@Dashrender said in Planning for New ESXi Hosts - Which CPU Metrics Should I Use?:

@Pete-S said in Planning for New ESXi Hosts - Which CPU Metrics Should I Use?:

@wrx7m said in Planning for New ESXi Hosts - Which CPU Metrics Should I Use?:

@Pete-S said in Planning for New ESXi Hosts - Which CPU Metrics Should I Use?:

@wrx7m said in Planning for New ESXi Hosts - Which CPU Metrics Should I Use?:

@Pete-S They list both the 61xx and 62xx as options for the R740XD.

Good!

What CPUs do you have in the R720 today? 1 or 2 CPUs?

Do you want the new ones to be faster or just capable of running more VMs?

I have 2 x E5-2609 CPUs in each server. I would like faster, but more VMs would be the priority.

The E5-2609 CPUs are at the low end of what was available at the time so no problem there.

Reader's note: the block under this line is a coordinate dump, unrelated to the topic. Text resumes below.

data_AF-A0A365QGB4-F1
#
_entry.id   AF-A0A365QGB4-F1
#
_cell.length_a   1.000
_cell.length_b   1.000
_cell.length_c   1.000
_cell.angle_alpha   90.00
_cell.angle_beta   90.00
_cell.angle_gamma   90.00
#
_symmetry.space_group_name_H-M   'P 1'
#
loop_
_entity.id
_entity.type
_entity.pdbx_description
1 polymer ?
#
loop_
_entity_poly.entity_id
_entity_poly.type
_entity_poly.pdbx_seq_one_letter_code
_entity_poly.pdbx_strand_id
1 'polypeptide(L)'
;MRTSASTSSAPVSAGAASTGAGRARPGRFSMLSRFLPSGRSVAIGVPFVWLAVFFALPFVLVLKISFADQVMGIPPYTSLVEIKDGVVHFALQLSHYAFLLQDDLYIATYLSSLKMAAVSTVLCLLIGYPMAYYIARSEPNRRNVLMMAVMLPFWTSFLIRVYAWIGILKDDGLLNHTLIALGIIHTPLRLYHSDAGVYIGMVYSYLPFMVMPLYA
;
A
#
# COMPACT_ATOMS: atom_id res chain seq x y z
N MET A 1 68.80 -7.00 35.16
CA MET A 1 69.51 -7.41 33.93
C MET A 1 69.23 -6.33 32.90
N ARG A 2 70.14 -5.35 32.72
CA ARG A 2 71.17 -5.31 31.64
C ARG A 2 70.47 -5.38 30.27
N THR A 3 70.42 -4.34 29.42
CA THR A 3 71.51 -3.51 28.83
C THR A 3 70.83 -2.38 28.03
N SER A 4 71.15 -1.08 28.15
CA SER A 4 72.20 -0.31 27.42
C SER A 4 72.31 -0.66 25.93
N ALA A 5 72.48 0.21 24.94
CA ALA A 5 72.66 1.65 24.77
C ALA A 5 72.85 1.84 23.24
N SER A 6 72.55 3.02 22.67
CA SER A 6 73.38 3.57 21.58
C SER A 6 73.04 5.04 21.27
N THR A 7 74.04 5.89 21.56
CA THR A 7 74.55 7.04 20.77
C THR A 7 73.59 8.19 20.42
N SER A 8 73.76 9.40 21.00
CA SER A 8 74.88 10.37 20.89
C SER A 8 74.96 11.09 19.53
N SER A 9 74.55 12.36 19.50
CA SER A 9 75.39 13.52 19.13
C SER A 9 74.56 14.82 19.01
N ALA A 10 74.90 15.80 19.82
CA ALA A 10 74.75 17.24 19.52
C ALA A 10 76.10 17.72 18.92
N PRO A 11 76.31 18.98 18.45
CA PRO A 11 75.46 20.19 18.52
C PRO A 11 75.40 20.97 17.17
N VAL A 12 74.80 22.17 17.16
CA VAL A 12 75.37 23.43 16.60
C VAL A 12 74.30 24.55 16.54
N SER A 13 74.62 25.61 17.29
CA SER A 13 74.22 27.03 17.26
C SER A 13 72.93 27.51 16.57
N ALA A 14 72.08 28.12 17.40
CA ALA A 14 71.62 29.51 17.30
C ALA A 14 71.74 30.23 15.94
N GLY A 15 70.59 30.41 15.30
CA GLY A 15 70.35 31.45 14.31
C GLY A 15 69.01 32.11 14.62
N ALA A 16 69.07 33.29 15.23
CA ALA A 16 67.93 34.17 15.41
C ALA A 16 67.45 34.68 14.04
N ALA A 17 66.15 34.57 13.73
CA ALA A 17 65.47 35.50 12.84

Actually, are you looking to keep the old servers around for testing and such?
In that case you could just drop in refurbished CPUs that are faster and/or has more cores for very little money. If the server can take E5-2600 V2 you can get up to 12 core CPUs.

yeah, but Windows licensing is an issue, assuming multiple CPUs... for a test server, not likely worth going over the 16 cores. Not to mention the test server might require licensing (if needed beyond the 90 day test period for something).

Two 8-cores would be an option. For instance two E5-2690. They are 2.9 GHz base frequency and have 8 cores. About $100 each when buying refurbished.

About 50% faster per core (2609 have no turbo) and about 3 times faster multicore performance. Has more cache and faster memory transfer speed. Was a very high end CPU at the time. Was listed at $2000 while the E5-2609 was $300.

The fastest 8-core E5-2600 V2 CPU is the E5-2667 V2. 8 cores and base frequency of 3.3 GHz. It will likely also be an option for the R720XD. V2 uses 22nm technology so uses less power with the same clock speed and can fit more cores or run higher frequencies.